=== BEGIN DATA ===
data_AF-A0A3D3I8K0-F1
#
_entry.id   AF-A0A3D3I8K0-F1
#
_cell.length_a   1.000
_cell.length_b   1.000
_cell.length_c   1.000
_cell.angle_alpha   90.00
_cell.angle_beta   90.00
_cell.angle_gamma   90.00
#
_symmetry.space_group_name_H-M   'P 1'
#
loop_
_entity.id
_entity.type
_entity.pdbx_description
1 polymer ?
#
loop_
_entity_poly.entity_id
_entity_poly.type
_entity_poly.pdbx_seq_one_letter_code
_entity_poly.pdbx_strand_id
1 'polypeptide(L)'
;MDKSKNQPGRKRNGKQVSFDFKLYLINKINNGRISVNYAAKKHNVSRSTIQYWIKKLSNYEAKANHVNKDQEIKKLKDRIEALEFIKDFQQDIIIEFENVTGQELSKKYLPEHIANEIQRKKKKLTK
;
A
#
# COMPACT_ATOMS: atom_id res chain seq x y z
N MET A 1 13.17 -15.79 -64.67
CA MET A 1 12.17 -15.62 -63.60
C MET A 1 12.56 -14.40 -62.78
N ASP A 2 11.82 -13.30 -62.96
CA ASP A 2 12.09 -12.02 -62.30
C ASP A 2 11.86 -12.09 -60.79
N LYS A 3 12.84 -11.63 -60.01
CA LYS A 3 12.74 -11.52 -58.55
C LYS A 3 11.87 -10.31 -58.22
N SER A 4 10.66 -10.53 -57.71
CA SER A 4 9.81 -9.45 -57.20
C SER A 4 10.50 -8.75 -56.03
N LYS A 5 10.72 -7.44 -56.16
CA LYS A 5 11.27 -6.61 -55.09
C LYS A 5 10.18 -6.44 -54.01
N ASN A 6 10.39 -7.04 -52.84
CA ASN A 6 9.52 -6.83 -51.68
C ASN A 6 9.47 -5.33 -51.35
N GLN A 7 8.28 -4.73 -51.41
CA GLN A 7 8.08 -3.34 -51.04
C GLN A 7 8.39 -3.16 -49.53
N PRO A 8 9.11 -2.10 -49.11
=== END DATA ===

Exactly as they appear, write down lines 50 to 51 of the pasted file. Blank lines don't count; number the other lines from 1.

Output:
CA GLN A 7 8.08 -3.34 -51.04
C GLN A 7 8.39 -3.16 -49.53